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Every week I go to the comic book store (Comics Ink in Culver City, CA, hey Steve and Jason!) and grab a lot of comics. I sort these into two piles -- the "buy" pile (things I intend to spend money on, most often a small pile) and the "read" pile (often huge, including lots of stuff I don't actually like but wanna stay well informed about). In no particular order, here's some thoughts about all that.
Captain Marvel #9:
Nobody knows why Mar-Vell, whose kept Rick Jones a virtual prisoner in the Microverse, let Rick return to his life (and testifying in court). "He's crazy" is a good blanket explanation, and the issue forges ahead with that premise. Marv spends the issue spouting some hilarious madness while Rick frets and worries, and ends the issue on a twist similar (in tone) to the one from the last pages of issue #5. One of Marvel's finest titles.
Battle of the Planets #9:
The ending is a little bit pat and there's some showy "versus" moments which fell flat on somewhat muddled artwork, but this is still an entertaining title that hit a slight downbeat on this issue. Must be those darned Thundercats pulling some of the focus away.
The Legend of Roy Fokker is cemented with a single-handed defeat of the Anti-Unification League, a showcase of mechamorphosis in low-Earth orbit. The book closes down fast, and maybe a little too easily (the tagged on epilogue seemed inappropriate, while the twist at the end of the real story was delicious), this is still worth having after the rest of the series entertained so well.
Bang! Warren Ellis crafts another short, entertaining tale. "High-octane" would be a good adjective for this book, and Ellis' tight scripting is well served by Gulacy's crisp and cinematic art, as always given a perfect sheen of polish by Jimmy Palmiotti's inks. I freakin' love this book.
Robert Rodi's debut is very entertaining, better than his sometimes goofy Crossovers and miles beyond the tepid CodenameL Knockout. This crisp and tautly told story closes in with great deliberation and delivers on every level -- writing, art, coloring. Fine, fine work and a surprise leap from nowhere, as this title isn't normally even on the read pile.
Micronauts: Karza #3:
Complicated and less than satisfying, Krueger's normal command of large events and casts slips a bit here. I hope this franchise isn't jumping the old Tiburon, if ya know what I'm saying.
Buy Pile Breakdown: Marvel shines this week with two winners, and everybody else kind of phoned it in.
Then there's the stuff on the "read pile" that I don't bring home ...
Authority Volume 2, #1
To quote Xzibit, "It's the long-awaited, anticipated ..." Robbie Morrison and crew bring back the wold's most dangerous superteam in all-new, DC-sanctioned adventures. The scale and grandeur of the book match both the old series and the backup that ran in Wildstorm titles ... but the passion, the zippiness is flat and uninspiring. Morrison is almost there, but his writing simply lacks pep and staying power. We'll have to keep watching to see if this book either shocks, awes or inspires, but as of today, it's merely a Read Pile curiosity.
Battle of the Planets/Thundercats #1:
In a crossover you'd have never expected, G-Force hops a rocket to Thundera (Third Earth) to lay the smackdown on a Mumm-ra powered, Thundrillium-stealing Spectra operation. The book borrows heavily from BOTP continuity and is serious and somber in tone. In my not-so-humble opinion, that tone robs the book of some of the possible fun. The art is done closer to the look of BOTP than Thundercats, and the terser linework and darker backgrounds rob the work of some impact as well. I got bored halfway through, so I'll have to stick to the main BOTP book for the time being.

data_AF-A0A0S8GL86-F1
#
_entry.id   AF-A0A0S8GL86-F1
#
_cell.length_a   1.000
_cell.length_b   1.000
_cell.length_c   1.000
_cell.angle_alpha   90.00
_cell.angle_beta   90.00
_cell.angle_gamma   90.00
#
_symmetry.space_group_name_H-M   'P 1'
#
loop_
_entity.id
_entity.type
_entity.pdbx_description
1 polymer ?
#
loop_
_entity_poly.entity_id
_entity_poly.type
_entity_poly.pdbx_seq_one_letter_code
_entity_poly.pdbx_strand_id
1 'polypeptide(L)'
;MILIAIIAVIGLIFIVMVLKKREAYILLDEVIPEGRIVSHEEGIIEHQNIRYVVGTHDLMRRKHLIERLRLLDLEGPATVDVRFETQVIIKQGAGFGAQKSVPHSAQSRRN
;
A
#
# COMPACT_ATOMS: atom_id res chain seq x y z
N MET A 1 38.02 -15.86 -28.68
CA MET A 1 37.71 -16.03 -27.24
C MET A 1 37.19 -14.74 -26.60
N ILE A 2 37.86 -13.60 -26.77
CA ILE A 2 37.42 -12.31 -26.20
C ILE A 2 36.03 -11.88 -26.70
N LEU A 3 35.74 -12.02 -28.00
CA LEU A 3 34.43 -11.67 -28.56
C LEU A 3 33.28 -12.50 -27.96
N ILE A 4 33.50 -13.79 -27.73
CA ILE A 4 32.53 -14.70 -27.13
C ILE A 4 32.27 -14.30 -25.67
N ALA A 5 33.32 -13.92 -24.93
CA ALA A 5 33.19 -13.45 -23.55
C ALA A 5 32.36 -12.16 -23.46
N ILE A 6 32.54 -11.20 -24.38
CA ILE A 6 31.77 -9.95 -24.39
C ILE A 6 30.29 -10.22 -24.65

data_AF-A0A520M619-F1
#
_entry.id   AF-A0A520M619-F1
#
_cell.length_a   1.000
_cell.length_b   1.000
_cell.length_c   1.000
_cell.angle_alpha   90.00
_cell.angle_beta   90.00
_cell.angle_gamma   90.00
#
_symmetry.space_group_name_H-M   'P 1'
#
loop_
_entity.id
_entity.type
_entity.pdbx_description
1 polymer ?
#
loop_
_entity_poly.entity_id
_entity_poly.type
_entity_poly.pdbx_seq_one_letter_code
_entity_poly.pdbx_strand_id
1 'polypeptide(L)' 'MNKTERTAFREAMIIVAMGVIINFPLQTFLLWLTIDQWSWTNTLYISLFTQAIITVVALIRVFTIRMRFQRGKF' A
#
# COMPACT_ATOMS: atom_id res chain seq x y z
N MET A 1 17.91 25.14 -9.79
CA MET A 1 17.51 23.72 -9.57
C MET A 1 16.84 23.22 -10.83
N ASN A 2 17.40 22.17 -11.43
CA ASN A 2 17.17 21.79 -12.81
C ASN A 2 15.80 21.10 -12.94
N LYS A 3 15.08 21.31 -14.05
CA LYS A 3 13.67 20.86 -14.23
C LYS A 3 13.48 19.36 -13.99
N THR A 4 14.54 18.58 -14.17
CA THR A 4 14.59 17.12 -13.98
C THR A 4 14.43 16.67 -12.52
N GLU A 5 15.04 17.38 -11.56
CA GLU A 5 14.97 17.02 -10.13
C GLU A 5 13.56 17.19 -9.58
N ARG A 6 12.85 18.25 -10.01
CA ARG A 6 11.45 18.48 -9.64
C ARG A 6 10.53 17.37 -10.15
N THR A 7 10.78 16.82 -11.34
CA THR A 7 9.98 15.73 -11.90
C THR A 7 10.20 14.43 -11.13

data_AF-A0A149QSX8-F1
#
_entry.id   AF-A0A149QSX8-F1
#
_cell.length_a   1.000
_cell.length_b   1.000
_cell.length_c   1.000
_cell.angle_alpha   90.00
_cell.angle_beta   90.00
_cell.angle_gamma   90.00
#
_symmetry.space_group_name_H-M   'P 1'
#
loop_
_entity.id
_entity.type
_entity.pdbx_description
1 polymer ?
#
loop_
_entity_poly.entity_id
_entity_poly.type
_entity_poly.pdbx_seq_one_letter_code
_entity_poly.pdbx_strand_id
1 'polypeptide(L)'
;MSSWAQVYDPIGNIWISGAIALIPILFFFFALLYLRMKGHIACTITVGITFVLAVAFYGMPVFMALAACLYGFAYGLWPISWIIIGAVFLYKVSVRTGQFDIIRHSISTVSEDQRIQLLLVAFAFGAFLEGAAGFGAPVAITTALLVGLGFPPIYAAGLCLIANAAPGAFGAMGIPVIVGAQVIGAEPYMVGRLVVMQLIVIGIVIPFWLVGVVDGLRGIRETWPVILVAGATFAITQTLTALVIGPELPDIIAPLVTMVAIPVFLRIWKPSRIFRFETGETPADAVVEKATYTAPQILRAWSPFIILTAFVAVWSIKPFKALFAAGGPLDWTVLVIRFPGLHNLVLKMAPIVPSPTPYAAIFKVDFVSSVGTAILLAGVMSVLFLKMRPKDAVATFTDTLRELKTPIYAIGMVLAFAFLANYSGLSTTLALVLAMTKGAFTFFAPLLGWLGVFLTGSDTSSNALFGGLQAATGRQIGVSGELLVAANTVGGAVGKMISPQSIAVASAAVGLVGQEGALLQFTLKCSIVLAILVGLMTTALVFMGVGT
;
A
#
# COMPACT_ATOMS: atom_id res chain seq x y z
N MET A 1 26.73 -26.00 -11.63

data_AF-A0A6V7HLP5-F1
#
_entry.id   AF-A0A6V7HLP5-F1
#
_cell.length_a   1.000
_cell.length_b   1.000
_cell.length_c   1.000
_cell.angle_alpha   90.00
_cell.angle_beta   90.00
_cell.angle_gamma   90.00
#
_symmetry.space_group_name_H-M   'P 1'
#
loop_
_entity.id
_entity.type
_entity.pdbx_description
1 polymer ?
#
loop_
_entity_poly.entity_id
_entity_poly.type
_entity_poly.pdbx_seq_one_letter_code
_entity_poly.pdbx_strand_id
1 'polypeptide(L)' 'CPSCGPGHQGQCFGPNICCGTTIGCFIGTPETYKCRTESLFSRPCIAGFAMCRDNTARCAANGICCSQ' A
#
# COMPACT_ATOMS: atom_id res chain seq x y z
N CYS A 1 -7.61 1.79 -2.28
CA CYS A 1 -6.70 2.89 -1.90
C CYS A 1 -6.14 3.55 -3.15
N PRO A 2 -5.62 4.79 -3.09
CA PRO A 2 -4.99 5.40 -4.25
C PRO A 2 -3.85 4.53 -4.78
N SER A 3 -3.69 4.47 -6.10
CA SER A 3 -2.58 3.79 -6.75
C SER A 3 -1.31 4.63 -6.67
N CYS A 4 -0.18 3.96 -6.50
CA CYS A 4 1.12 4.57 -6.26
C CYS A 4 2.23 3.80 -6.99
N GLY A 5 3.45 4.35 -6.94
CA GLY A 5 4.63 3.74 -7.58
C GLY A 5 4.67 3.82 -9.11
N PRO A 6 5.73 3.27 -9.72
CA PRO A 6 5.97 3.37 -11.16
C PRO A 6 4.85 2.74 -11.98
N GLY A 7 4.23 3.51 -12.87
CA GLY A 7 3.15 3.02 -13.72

This is an expensive bit of prelude, warming up nicely with a slightly heavy tone to introduce the five men who would pilot the giant robot lions. Still, this felt really light and fast, and wasn't worth the cash they were asking.
Ever seen John Carpenter's The Thing? Or read current issues of G.I. Joe Frontline? This one is kind of a goofy take-off. Bo-ring.
This read like uninteresting manga to me (I'm a Ranma fan, actually), and I set it down. That's all I have to say about it.
JSA All Stars #1:
A while back, DC did a very lame crossover stunt called Green Lantern: Circle of Fire. It had two bookend issues and a bunch of tight focus stories. This feels exactly like that start of Circle of Fire, and bored not just me but my comics pusher Steve as well. Another forgettable stunt storyline.
100 Bullets #44:
I wrote down one word "intense." This storyline is interesting, and I'm watching where it goes.
I've now read three issues of this book, and thet all seem to have the same boring conversation. I so wish this book was more interesting.
"Soapy" is the word I used, an issue low on action and high on dramatic conversations.
Jessica had a crush on Peter Parker, pre-spider-bite. Then, shortly after, an accident killed her family and gave her super powers. That's about all of interest that happened. I wanna read this issue -- which had a good piece of nuance and characterization -- with its successor and see if it goes better.
Way of the Rat #13:
Magic spells are cast and much hilarity ensues. This issue spends its time cleaning up some of the mess from the last storyline and setting up ghostly fun for next issue, but doesn't do much on its own. I hate that.
Read Pile Roundup: A week of tantalizing disappointments and lackluster storytelling that deserved to stay in the store.
I'm gonna call this a bad overall week because of so much mediocrity and so little to really excite me.